2002 is indeed an auspicious year. It is the first year that can celebrate a World Cup, a Royal Jubilee, and a new edition of the Shorter Oxford English Dictionary. In terms of frequency, a new Shorter comes between the other two events: it is almost ten years since the previous edition, and this is only the fifth edition of a book that was first published in 1933.
People often point out that this two-volume work has a strange title. Of course it's only `Short' when compared to the twenty volumes of the full Oxford English Dictionary. Although one tenth the size of the OED, it manages to include around one third of its content: it aims to include all words used in English since 1700, as well as everything in Shakespeare, the Authorized Version of the Bible, the poetry of Milton, and Spenser's Faerie Queene. As a historical dictionary, it includes obsolete words if they are used by major authors and earlier meanings where they explain the development of a word. More than ten centuries of English are covered here, from the Old English period to the 21st century.
Some 3,500 new entries have been added to the fifth edition. Asylum seeker, economic migrant, bed-blocking, and stakeholder pension reflect the serious side of life; bunny-hugger (a conservationist or animal lover), chick flick (a film appealing to women), gearhead (a car enthusiast), and Grinch (a spoilsport or killjoy) are entries in a more light-hearted vein. Several entries are testaments to the popularity of science fiction, among them Tardis from the TV series Doctor Who, Jedi from Star Wars, and Klingon from Star Trek.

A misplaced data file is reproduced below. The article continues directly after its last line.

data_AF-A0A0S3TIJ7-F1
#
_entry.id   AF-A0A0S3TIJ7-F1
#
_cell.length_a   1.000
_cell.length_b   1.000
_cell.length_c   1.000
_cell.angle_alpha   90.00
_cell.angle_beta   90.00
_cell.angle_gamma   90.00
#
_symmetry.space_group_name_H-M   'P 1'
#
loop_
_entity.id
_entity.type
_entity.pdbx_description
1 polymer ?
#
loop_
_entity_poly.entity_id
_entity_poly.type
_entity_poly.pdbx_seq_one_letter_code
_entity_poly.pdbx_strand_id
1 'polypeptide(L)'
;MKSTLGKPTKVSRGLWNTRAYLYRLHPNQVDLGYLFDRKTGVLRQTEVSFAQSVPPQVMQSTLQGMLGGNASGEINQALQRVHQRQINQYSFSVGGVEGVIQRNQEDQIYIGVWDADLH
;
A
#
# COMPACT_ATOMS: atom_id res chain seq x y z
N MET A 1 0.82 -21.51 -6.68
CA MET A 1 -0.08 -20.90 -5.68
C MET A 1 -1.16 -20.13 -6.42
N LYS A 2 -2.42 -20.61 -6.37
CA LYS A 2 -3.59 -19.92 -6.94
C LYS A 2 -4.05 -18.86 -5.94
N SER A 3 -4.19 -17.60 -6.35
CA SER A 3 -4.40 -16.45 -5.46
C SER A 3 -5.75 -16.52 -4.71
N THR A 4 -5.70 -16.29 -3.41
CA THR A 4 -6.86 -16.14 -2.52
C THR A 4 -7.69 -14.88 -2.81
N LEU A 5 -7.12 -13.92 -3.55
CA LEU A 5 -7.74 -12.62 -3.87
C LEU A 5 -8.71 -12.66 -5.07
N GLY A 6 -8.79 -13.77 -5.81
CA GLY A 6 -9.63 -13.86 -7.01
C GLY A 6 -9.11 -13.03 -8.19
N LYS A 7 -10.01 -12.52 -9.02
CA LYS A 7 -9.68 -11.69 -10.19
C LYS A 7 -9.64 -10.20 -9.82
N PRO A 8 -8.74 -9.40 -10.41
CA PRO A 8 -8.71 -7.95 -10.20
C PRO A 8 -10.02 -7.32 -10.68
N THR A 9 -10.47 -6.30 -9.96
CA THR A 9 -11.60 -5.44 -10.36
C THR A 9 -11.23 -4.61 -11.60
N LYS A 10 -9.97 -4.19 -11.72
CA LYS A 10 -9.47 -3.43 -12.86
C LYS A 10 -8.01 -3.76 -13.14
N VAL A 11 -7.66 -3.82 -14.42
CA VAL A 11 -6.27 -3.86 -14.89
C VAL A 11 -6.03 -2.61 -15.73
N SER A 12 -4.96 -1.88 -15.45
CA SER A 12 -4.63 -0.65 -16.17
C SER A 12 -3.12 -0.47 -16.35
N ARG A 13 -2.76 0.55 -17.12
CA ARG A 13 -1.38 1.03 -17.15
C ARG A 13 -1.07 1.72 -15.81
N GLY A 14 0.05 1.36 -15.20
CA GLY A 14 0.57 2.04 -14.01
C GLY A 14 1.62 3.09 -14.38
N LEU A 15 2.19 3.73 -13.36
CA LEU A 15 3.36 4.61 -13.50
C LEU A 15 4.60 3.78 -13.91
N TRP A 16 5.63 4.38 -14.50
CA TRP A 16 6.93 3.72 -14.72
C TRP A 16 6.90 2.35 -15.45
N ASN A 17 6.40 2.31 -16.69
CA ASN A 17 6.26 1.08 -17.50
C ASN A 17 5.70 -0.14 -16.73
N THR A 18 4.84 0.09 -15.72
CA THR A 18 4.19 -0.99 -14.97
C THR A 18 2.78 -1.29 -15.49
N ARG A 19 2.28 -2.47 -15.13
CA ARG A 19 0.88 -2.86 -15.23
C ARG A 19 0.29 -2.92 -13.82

So how does new vocabulary get into our dictionaries? Our main resource is the Oxford Reading Programme. An army of people all around the world read selected books, magazines, newspapers, and even TV scripts in search of entirely new words, or interesting new uses of existing words. More than 17,000 citations pour in each month and are loaded into a vast searchable database that now contains some 70 million words. Editors note down words and phrases that we come across in our daily lives and recognize as possible candidates for inclusion; we will then try to establish whether there is enough hard evidence of their use for them to be included, by checking the suggestions against the database. Conversely, we also produce and analyse a regular list of the most frequently occurring new terms in the database.
The rule of thumb for the OED is that a word can be included if it appears five times, in five different printed sources, over a period of five years. However, such is the pace with which terms are introduced and spread today that words can demand inclusion within a year of their first appearance. Some words appear to force themselves into the lexicon almost overnight. An example is asymmetrical warfare, which is one of the terms brought to prominence by the events of September 11. Interestingly, however, a search of our database revealed that we did have evidence of its use a year before that.
While some words suddenly burst on to the scene, others creep up gradually. A good example is the aforementioned Tardis. This is not a new term by any means (the programme was first broadcast in 1963), but over the years it has gradually become established as a way of referring to something larger on the inside than it appears from the outside, as well as meaning `a time machine'. Our database reveals several examples of the former sense, e.g. `the high-ceilinged back bar of this Tardis-like pub' (1990 Good Pub Guide).